Dunne Speaks: Mixed Messages Upset Friends
Facing once in a generation strikes across the public sector - from nurses to teachers, and core public servants - the Coalition Government has been consistently and confusingly sending a very mixed message. On the one hand, it evinces sympathy for and even empathy with their issues of concern, but on the other hand, says it has no more money to put on the table. Yet, as the first cab off the rank, the nurses have managed, not once but three times, to ratchet up the response to their claims, even though they are yet to reach a settlement. It is little wonder that other public servants like teachers and the core public sector are fancying their chances when their turn at the bargaining table comes.
What is going on here? Is the Coalition Government so naive to think it can lead the public sector on in this way and not expect a backlash when they fail to deliver? Do they really expect these workers whose claims of nine years of income neglect they profess to support, to now accept the jam tomorrow argument from this Government made up of their apparent friends, for whom many of them they actively campaigned and worked at election time? After all, they believed there was finally some light at the end of the tunnel when the National-led Government was ousted. Their fear must be that, given its shaky electoral position, this Government may not be around in two years time, and things will potentially be back to where they were. Or is there some other game in town?
It is certainly true that across many fields the Coalition Government is determined to paint the previous Government as one of neglect - from health and housing, to education and regional development, and now defence. The message is the same: they have nine years of under-investment has to overcome. By painting such a drastic picture they can then move deftly to say that the problems run so deep, they cannot be solved within one three year Parliamentary term, giving themselves a very convenient way out, and some flexibility.
To that extent, it is a tactic straight out of the Lange/Douglas playbook. In their case, it was the economic crisis that had brought the country to its knees. While a strongly performing economy at present denies this Government that opportunity, it has fixed upon an infrastructure and investment deficit instead. Indeed, the only thing missing from the Lange/Douglas game plan is an Opening of the Books and Economic Summit extravaganza, but greater Government financial transparency today makes that a little more difficult to stage manage effectively than in 1984.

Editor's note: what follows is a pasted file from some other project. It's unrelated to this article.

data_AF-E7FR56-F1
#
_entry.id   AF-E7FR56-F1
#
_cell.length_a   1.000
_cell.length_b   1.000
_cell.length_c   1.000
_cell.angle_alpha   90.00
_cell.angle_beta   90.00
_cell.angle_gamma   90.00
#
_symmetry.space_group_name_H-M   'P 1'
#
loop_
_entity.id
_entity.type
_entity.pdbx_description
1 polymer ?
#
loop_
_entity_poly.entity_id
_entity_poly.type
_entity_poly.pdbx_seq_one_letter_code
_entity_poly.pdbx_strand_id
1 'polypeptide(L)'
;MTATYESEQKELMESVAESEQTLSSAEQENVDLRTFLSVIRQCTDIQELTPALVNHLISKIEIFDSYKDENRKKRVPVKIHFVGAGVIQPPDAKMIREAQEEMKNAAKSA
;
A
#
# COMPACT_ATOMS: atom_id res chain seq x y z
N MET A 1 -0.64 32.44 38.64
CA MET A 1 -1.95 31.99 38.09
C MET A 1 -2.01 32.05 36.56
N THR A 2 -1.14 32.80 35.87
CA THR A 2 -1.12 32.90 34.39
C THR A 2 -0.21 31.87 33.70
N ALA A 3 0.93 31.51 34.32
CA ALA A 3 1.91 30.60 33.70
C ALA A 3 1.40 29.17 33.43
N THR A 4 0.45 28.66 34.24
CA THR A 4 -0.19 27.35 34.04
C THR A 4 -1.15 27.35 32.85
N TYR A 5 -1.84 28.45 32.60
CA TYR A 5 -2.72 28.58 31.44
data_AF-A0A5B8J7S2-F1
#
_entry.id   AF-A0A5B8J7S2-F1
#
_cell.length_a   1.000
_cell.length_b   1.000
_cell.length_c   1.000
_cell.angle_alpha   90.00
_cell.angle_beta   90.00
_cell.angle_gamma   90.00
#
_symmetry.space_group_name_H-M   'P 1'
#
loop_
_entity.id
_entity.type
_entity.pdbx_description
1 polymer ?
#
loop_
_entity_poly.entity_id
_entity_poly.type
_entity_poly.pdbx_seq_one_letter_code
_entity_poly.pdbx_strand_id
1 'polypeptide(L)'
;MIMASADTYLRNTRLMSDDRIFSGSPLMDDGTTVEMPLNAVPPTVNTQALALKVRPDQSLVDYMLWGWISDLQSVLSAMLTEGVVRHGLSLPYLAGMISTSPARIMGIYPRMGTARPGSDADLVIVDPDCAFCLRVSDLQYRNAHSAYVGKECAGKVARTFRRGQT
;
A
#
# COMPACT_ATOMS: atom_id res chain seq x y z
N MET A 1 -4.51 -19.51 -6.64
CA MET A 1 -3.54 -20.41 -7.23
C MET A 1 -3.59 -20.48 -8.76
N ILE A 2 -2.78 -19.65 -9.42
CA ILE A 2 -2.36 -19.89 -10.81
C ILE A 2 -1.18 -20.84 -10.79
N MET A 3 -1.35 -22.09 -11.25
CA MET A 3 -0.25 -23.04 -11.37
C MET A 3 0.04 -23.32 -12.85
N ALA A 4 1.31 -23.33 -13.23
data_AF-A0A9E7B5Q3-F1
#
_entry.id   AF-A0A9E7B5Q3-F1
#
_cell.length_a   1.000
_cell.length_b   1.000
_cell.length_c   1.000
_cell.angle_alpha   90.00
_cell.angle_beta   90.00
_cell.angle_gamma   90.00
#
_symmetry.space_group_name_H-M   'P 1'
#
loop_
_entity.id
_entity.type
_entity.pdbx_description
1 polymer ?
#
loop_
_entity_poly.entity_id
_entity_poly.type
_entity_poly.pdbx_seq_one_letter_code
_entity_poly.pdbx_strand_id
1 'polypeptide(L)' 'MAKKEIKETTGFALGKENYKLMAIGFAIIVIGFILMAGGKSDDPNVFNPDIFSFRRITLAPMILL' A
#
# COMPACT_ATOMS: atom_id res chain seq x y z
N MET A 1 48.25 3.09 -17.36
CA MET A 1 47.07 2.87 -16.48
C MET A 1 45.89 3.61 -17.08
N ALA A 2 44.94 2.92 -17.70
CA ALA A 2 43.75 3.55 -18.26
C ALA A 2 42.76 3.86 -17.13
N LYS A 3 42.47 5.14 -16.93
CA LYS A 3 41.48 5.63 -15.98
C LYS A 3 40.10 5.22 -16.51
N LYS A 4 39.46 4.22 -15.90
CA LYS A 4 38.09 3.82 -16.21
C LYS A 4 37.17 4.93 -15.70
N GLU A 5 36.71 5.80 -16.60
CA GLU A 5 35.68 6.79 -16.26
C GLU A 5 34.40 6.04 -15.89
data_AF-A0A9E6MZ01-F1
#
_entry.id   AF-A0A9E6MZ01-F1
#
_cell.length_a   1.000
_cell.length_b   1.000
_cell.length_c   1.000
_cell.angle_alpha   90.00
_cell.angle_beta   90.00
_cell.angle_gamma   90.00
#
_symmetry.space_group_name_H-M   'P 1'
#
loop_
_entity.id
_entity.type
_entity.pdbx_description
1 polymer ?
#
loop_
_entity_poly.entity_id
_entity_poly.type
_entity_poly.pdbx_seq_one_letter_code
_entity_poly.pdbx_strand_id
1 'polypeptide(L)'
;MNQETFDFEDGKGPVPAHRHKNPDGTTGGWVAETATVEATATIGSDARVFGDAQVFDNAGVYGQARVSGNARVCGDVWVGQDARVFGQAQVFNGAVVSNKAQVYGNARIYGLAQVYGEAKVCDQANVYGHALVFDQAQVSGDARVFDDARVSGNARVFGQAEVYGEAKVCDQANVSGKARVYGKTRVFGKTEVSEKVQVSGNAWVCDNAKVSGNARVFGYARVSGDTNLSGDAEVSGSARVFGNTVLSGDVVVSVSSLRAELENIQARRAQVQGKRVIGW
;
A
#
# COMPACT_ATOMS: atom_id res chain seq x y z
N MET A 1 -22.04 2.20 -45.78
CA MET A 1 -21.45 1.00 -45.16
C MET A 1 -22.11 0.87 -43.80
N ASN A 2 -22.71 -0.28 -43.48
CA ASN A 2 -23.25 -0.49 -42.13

It is within this framework that this Government has to juggle the public sector pay round negotiations. It has already spent large amounts on flagship policies to justify its narrative and meet the demands of its Coalition partners, and is now facing the reality that the cupboard is getting bare, at least in the short term. Hence the delicate balancing act it is now undertaking, trying to convince the public sector it really is on their side, while not meeting their specific demands. It is hoping to win their support on a "better your friends in government, than the other side, so just be patient and trust us" approach, and will throw out to them some other bones (like more union friendly industrial relations legislation) to keep them happy in the meantime. The aim is to keep teachers, nurses, and public servants on side and still populating their electorate committees and delivering their pamphlets. It is banking on the unions' leadership being able to carry the day with their memberships.
The strategy is risky, as we have already seen. It is clear that the nurses' "rank and file" is more resistant that their union leadership, and that while the deals reached to date may have satisfied the negotiators, they have failed to win the confidence of the membership at large. A similar outcome is likely when the traditionally more militant teachers get fully into their negotiating stride, and the response of core public servants in their rare industrial action this week indicates they may be of a like mind.
The Government's failure to manage effectively the situation to date suggests its whole flimsy public sector incomes policy edifice is not far from tumbling down altogether. The more the Government professes sympathy for the situation of its workforce, yet does nothing, the more it will embolden them. That is not difficult to understand.
What is more difficult to understand, though, is why this Government is continuing to send its mixed messages. It simply looks weak and inept, leaving open the possibility of a pretty grim and dour few months ahead, and a large of group of disillusioned supporters expecting appeasement before the next election.